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5:20 AM
A chairde - Morning all!
 
 
1 hour later…
6:20 AM
@McNets Similar situation as the person who ordered his bat medium-rare
mOnring
 
 
4 hours later…
10:39 AM
@Vérace-СлаваУкраїні I can't answer my own posts - but just to let you all know that the word "monkies" kind of "grated" with me, so I checked. The correct plural of "monkey" in English is "monkeys" (and the plural of donkey is donkeys). So, these two animal nouns break the normal rule in English that the plural of a word ending in "y" is "ies" - body, bodies - duty, duties, - industry, industries. My apologies for misleading any non-English speakers in the group.
I shall be wearing my chain cilice for the next week as penance for this egregious error on my part!
 
11:35 AM
So, today I learned the programme manager is the Head of Change's girlfriend. Nepotism at its best, folks.
Needless to say, the project is a clusterfuck.
Business-led IT my arse.
 
12:17 PM
@Vérace-СлаваУкраїні the normal rule is "y" becomes "ies" in nouns ending in consonant+y. So no rule is broken
day - days
boy - boys
key - keys
Maybe you were thinking of "monies" which does break the rule ;)
 
σας ευχαριστώ - it's frequently non-(native)-language speakers who know the rules better than "from birth" speakers. No, I wasn't thinking of "monies" because I don't have any! :-)
 
de nada senior ;)
I have a question for you, did you grow up learning 2 languages from birth?
 
For a fun read, take a look here. Sometimes, errors in some of these really grate with me!
@ypercubeᵀᴹ No - I would have started to learn Irish from an early age, and then I learnt French at school, but learnt to speak it properly (to the point that I could spend hours with native speakers who couldn't tell I was a foreigner) from the age of 21.
English being my from-birth language.
 
12:51 PM
@Vérace-СлаваУкраїні not too many to be honest.
it says 100 but looks like about 60 or more fall into patterns (-sis -> -ses for Greek origin words, -us -> -i, -um -> -a for Latin origin words, etc)
 
@ypercubeᵀᴹ But one doesn't say stadia, but rather stadiums. "Stadia" would be considered extremely pedantic, and even wrong. I agree that there is a regularity in the irregularity - fractal English perhaps (as opposed to fractured English! :-) )
 
@Vérace-СлаваУкраїні well, you just said it ;)
 
1:53 PM
Hi. I wonder what is the best way to make DB backups.

Let's assume I have backups once per day and also I have DB mirror.

If I accidentally delete production DB, then I also delete mirror DB, so I can't recover from mirror. I can recover from this once per day backup, but it will be outdated.

I wonder if there is a way to have backups so it's possible to recover exactly to the point before DB deletion (so no data loss will occur). Can you point me where should I look?
 
@KarolZlot Transaction log backups. This is the Way.
It won't take you to the exact point before deletion of the database, but you shouldn't be allowing anyone that privilege on a day-to-day basis anyway.
 
2:19 PM
The details may differ from DBMS to DBMS but the idea is the same. Apply the latest full backup and then on top of it the transaction log backups (from the date that backup was taken till the disaster).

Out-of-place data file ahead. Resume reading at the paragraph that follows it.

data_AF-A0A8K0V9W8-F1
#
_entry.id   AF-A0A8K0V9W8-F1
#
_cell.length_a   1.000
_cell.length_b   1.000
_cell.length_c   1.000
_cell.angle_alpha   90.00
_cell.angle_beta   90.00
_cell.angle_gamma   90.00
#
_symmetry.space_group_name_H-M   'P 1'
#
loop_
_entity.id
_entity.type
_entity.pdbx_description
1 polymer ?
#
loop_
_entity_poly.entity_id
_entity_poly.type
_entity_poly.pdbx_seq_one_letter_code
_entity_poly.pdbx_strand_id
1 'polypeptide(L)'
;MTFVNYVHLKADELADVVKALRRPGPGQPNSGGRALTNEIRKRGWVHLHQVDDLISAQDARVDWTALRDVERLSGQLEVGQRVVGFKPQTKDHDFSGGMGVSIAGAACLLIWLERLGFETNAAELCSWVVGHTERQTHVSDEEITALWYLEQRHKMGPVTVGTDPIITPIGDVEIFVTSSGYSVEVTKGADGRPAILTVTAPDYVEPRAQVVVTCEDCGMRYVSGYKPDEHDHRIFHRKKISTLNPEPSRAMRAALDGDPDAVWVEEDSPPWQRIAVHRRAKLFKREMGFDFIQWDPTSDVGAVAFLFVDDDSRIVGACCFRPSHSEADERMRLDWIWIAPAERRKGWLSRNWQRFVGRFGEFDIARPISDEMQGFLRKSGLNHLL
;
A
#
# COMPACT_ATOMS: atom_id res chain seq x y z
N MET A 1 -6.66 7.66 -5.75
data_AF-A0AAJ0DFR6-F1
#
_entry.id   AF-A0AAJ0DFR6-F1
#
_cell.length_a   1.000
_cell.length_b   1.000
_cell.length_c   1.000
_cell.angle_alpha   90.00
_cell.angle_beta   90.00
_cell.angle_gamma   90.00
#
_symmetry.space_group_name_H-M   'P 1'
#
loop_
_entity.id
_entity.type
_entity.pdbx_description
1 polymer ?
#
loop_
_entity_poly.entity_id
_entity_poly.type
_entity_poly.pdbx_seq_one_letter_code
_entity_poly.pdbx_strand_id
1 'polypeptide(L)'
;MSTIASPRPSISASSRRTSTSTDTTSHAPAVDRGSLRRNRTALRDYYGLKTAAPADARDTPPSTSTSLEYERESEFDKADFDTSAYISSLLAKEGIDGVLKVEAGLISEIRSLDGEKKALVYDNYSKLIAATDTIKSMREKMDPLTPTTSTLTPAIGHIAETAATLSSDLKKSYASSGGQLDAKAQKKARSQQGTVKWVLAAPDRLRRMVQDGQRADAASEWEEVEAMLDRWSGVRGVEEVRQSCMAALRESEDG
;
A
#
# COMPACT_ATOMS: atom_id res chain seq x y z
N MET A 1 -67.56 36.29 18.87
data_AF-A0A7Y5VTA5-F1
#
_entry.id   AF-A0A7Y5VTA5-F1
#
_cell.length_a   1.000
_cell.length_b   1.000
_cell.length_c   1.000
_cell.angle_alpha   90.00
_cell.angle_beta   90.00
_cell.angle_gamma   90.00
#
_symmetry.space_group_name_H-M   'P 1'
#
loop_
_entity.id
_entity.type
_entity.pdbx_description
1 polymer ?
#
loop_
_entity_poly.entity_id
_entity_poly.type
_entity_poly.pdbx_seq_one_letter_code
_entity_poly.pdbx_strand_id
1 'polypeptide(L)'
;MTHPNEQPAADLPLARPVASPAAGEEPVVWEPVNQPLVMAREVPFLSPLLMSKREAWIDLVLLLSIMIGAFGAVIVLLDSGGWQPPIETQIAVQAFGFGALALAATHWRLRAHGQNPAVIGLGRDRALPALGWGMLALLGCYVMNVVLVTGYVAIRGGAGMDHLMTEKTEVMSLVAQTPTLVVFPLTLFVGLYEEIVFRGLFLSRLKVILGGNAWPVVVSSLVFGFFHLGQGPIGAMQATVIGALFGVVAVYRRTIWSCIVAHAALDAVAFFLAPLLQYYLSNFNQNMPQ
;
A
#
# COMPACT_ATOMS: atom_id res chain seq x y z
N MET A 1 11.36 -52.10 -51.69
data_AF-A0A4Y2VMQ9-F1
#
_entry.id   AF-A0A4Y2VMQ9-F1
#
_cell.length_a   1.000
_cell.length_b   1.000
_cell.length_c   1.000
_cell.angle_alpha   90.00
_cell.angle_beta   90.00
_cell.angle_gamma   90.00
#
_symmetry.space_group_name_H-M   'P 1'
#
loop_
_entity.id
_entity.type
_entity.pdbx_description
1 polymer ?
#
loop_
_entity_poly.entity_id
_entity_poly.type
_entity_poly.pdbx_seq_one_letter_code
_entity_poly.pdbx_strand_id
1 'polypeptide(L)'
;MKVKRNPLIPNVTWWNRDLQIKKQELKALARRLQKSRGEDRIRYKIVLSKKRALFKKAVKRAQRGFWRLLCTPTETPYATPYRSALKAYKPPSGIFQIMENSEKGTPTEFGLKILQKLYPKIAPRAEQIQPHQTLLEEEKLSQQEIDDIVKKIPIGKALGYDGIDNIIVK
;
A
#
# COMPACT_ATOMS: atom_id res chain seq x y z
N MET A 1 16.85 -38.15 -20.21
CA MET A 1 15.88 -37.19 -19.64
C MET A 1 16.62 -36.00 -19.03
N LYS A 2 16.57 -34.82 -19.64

@HannahVernon Sounds good. I'm reading about this but I can't find why it can't restore to exact point before deletion of the database. What do you mean?
 
2:54 PM
@KarolZlot Probably meant the recovery point is limited to the frequency of log backups, without special effort. If you take a log backup every 5 minutes, you would lose up to 5 minutes' changes by applying all logs except the one where the damage occurred.
Of course, with some effort, and assuming the RDBMS in question supports point-in-time restore from logs, you could indeed get right back to the moment before disaster.
 
@PaulWhite Ok this is what I needed. Thank you. I see that Postgres can do it, so I will try to learn details.
 
No worries
 
3:27 PM
So apparently monkey (monkie) pox can be transmitted through respiratory droplets and contaminated materials such as bedding (WHO).
 
@PaulWhite I suppose one of the tricky parts would be to find which point that is.
 
@ypercubeᵀᴹ Yes. Sometimes you're lucky enough to know the approximate time, or maybe even used transaction markers. In SQL Server, I seem to recall restoring logs WITH STANDBY, which makes it possible to undo applying a log.
It's a long time since I've had to do this in practice though.
20 monkie cases in UK now, and the first one in Australia
Personally I think the pox is being spread by NFTs
 
4:05 PM
@PaulWhite yeah, hopefully NFTs and this monkey thing die a sudden death
 
so bored with apes
3
 
lol
@PaulWhite there are quite some layers there
 
4:20 PM
worked hard on that one
 
 
4 hours later…
8:46 PM
@ypercubeᵀᴹ - can you give me a dig out here? I'm trying to solve this in PostgreSQL, but I've arrived here but am stumped as to why I'm getting the ERROR: syntax error at or near "WITH" LINE 18: UNNEST(STRING_TO_ARRAY(x.sp, ' ')) WITH ORDINALITY a(elem,... error - any ideas?
 
There was a line break, which broke the markdown formatting. Took me a while to find it.
 
Yuor wleocme
 
@Vérace-СлаваУкраїні dbfiddle.uk/…
 
9:04 PM
@ypercubeᵀᴹ - excellent stuff - thanks for that. You've sort of crystallised for me the difference between the LEFT JOIN LATERAL and the implicit CROSS JOIN LATERAL as explained by EB here. I think that further study tomorrow (am knackered and going to bed - up at 06:00 this morning!) will prove profitable! Oíche mhaith a chara!
 
@Vérace-СлаваУкраїні enjoy!
the problem was that WITH ORDINALITY the unnest() produces two columns, so you can't use it in the select clause. WIthout it, you could.
 

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